McGowan Runs His Second Boston Marathon

McGowan Runs His Second Boston Marathon

Violet Korpal, Staff Writer, Advanced Journalism

Track coach Cassidy McGowan ran the Boston Marathon this last Monday and shared his experience–as well as obstacles encountered–to accomplish this feat.  His time was 2 hours, 57 minutes, which equates to an average pace of 6:45 a mile.

Q. When did you first start training as a runner? 

A. I have been running for 20 years and started training for this particular marathon in January. If you want to have a decent performance,  you should plan at least three months ahead. 

Q. When was your first marathon and how long did it initially take you to train for it?

A. First marathon was when I was 23, so 16 years ago. I have run eight marathons prior to the one on Monday. Running a marathon seems to get easier when you get used to the training and strategies and nutrition required on race day. 

Q. Is this your first time participating in the Boston Marathon?

A. This is my second Boston marathon but first time  back to the full  size of 40,000 runners since 2019 due to COVID. There were tons more fans as well. There was a rolling start back in October 2021 ,but this most recent one  had everyone start together like a traditional Boston.

Q. What was your first thought when you signed up for it? 

A. I was pretty happy  and filled with an abundance of gratitude because I qualified, and I got to partake in such a prestigious event. It felt really good. I can’t fully describe the feeling. 

Q. What keeps you motivated when it gets tough while running?

A. It helps physically. The quickest way for your body to decay is to not use it. I like the mental health aspect, and it helps you focus on the day–wherever you want to run and its motivation. It draws me to the sport to be a role model for my children and athletes here at NDA. When I tell you to go run, I am also going to run.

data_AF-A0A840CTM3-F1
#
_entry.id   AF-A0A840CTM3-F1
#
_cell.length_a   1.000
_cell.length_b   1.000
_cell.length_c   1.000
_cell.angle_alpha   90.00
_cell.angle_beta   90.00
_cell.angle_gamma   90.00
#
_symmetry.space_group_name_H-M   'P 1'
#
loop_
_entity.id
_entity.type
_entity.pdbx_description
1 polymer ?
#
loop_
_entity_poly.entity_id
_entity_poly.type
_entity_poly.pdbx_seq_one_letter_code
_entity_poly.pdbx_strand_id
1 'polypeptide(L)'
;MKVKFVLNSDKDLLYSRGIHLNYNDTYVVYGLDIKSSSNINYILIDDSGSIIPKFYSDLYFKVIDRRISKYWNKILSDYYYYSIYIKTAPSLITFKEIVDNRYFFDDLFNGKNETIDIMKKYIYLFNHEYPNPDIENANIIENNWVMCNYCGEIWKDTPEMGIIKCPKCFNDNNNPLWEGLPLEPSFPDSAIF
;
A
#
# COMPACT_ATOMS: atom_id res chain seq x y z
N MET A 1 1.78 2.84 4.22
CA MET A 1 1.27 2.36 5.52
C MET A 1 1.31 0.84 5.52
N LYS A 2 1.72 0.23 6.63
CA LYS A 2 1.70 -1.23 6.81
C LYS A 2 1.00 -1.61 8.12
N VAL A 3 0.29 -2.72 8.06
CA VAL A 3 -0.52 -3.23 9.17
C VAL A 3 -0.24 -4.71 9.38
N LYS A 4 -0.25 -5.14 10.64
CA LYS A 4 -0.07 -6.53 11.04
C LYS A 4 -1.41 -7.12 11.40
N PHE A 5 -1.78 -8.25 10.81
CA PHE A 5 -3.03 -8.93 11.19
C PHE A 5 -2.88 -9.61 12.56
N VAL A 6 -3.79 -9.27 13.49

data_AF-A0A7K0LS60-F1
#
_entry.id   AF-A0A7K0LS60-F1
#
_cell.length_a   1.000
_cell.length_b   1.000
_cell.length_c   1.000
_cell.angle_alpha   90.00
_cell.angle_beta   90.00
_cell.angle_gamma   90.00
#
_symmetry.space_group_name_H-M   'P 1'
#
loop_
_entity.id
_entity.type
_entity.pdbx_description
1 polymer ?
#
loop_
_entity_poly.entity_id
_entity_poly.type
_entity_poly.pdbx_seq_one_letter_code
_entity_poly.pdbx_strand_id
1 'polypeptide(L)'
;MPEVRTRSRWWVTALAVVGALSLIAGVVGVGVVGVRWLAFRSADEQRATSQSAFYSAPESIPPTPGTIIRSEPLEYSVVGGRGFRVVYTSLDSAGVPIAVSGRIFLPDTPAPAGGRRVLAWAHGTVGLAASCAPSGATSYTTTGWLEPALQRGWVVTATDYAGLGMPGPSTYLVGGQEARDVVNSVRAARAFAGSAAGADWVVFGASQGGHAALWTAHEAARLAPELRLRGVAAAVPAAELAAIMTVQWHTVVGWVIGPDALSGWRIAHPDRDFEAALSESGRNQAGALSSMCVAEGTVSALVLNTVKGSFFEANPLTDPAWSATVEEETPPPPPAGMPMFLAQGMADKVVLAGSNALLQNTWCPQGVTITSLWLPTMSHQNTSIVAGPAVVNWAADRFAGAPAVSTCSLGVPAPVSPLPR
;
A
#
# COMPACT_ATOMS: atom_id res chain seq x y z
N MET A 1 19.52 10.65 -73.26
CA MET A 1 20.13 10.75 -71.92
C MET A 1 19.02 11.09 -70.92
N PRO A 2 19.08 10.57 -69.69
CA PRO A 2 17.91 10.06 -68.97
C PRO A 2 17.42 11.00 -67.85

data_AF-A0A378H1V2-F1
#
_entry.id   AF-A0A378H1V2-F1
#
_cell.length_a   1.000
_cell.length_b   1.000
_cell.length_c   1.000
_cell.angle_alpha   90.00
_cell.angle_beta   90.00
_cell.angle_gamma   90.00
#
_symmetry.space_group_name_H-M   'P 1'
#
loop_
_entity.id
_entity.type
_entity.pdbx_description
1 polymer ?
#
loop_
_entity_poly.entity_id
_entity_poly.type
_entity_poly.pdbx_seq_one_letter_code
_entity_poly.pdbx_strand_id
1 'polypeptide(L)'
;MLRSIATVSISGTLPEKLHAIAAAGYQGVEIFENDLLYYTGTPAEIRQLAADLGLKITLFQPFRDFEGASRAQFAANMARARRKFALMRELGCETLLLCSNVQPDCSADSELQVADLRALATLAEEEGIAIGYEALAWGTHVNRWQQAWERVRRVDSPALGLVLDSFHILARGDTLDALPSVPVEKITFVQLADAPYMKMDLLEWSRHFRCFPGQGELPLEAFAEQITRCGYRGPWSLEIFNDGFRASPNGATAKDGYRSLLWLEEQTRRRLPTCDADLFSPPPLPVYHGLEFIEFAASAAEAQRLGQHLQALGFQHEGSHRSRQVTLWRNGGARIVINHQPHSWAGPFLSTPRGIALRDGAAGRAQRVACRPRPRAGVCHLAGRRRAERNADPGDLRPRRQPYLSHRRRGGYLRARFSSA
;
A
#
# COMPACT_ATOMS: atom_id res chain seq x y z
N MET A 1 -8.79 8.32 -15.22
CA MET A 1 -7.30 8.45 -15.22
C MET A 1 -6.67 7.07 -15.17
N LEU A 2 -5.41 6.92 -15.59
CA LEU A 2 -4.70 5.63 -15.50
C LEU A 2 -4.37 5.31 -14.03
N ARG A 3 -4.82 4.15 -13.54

Q. What was your favorite part of the marathon this year?

A. My favorite part was finally finishing and not feeling like I don’t ever want to do that again because this was the first time I felt that way. I’m just grateful that God granted me the gift to do this. I must have passed thousands of people. You can hear people yelling for you, and I got to meet winners of the marathons. I got great advice from one of them to start slower and pace yourself on the first half when it’s downhill and around mile 16 you can pick it up. The bus ride also is a lot of emotion. I was sitting next to someone from Brazil and people from all over the US and the world. Everyone is making significant sacrifices in their lives for this, and a lot of people are doing it for charity which is amazing. There were also some people affiliated with NDA there which was amazing as well. 

Q. One thing you will never forget about this year’s marathon?

A. I will never forget seeing my kids since they were there this time and seeing them at mile 17 was very very very special. Two of my kids said that they wanted to run when they never really mentioned that before. Plus you are running with hundreds of people which is just incredible. A big memory that I won’t ever forget is the Heartbreak Hill at mile 20 which was absolutely brutal.